The future is literally now.
The DC Universe’s future, that is. With tomorrow’s arrival of Electric Warriors #1 from writer Steve Orlando and artists Travel Foreman and Hi-Fi, the future of the DC Universe restarts from the seeds of Jack Kirby’s Great Disaster. Here to share his thoughts on the impending adventure, Orlando brings us up to speed on the central characters, how Kirby’s vision comes to play, and what artist Travel Foreman is doing to realize it visually on the four-color page.
Matt Santori: Steve, thanks for your time and attention, and congrats on Electric Warriors! Going into the series, there’s a whole lot of world-building being done, drawing on DC Universe past and future. What kind of process did you go through to start devising the world of 2735 AD?
Steve Orlando: For me, it was all about building a fertile ground, or rather, a fertile soil. With the entire history of the DCU at our back – not just Kirby’s content, but the wealth of DCU Ideas as a whole – the question became how to unthread and rethread what people knew and expected in an intriguing, mysterious, and exciting way.
But I said soil, and that’s really what I mean, because while I noted as much as I could about the world, our leads, their planets, where they fight and what drives them to fight, it was all true just a seeded ground for Travel to germinate and grow the visuals of the book out of.
We wanted wholly new growth, perhaps recognizable trappings, iconography that rhymes with the past and the future of the Legion of Super-Heroes, but that is also whole new and welcoming to readers of this under-explored time period.
In short, anything was on the table to be broken down to its parts and reassembled in new, attractive, adventurous ways.
MS: This isn’t your first foray into the future, having worked on the Kamandi Challenge for Jack Kirby’s 100th birthday last year, but I’m curious about the inspiration you’re taking from the King, and how that influences you specifically for Electric Warriors.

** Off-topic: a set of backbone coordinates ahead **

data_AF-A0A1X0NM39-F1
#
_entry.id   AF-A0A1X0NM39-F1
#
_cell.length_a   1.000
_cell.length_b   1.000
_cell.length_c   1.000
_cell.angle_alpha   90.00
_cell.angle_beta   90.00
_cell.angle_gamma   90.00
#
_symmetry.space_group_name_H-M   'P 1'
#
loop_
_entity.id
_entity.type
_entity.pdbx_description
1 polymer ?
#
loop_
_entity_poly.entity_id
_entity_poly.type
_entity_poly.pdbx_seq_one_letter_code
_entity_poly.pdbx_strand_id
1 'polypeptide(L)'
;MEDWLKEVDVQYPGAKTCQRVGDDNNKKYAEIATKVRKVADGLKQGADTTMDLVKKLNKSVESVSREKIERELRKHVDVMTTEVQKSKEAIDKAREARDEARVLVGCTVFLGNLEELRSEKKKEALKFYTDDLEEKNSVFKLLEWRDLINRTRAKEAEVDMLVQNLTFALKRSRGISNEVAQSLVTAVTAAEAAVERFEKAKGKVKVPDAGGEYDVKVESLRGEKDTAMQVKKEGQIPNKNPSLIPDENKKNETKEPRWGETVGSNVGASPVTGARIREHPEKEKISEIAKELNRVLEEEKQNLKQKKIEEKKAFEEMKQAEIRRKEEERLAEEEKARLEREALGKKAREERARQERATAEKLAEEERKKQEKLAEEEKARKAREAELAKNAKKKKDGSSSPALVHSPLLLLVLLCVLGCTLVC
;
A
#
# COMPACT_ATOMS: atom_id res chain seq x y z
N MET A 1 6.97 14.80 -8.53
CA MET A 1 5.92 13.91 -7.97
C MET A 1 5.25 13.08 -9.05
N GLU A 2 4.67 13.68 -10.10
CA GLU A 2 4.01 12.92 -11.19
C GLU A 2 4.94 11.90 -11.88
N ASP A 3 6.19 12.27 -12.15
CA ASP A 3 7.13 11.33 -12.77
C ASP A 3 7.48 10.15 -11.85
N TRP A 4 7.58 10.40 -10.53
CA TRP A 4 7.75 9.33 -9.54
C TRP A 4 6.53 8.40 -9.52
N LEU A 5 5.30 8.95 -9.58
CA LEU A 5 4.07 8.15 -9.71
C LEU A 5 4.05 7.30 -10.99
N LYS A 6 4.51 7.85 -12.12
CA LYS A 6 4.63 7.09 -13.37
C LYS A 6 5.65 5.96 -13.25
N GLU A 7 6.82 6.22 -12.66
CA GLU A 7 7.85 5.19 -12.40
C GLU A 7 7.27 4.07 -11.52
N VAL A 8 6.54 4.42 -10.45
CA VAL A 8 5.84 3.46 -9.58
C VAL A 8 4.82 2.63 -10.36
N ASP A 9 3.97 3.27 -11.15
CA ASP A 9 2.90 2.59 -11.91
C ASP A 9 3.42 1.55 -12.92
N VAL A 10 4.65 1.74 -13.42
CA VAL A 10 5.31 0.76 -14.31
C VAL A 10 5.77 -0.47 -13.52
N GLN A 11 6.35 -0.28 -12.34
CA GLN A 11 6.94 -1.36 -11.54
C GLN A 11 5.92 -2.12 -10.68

SO: To me, the best inspiration you can take, and the best tribute you can make to the King, is to be as creative and bold as possible. King was producing multiple books a month, just working off page after page of raw creativity with no time to second guess or judge. That pure joy of comics, the fun of titanic cosmic battles with new idea after new idea, to me that’s the goal with Electric Warriors as it was with the Kamandi Challenge and any book that aspires to what King was able to produce.
MS: The obvious jumping off point for some of what we’re seeing already in issue #1 is Kamandi’s world and the Great Disaster, but we’re being given a glimpse of the wider perspective of the United Planets on what transpired upon terra firma. Tell me how you envision the environment of Earth in the broader universe, given the disaster they inflicted upon themselves.
SO: Earth is a backwater at this point. The Great Disaster laid us low, and we fell off the intergalactic stage. We were at a new low, in need of a few centuries of self-care and self-reflection. We were divided, humans reduced to a work force for the rising and intelligence tribes of Animals.
At the start of Electric Warriors, the Human Personhood Accords have been signed, which closed the Wild Human Reserve and set up most of humanity living on the Feathered Coast (the West Coast of the former North American landmass). But as in real life, signing a piece of paper doesn’t undo a history of oppression. Tensions are high – it’s why we are the first planet in history to SPLIT our Electric Seed between two Electric Warriors, one representing humans and one animals.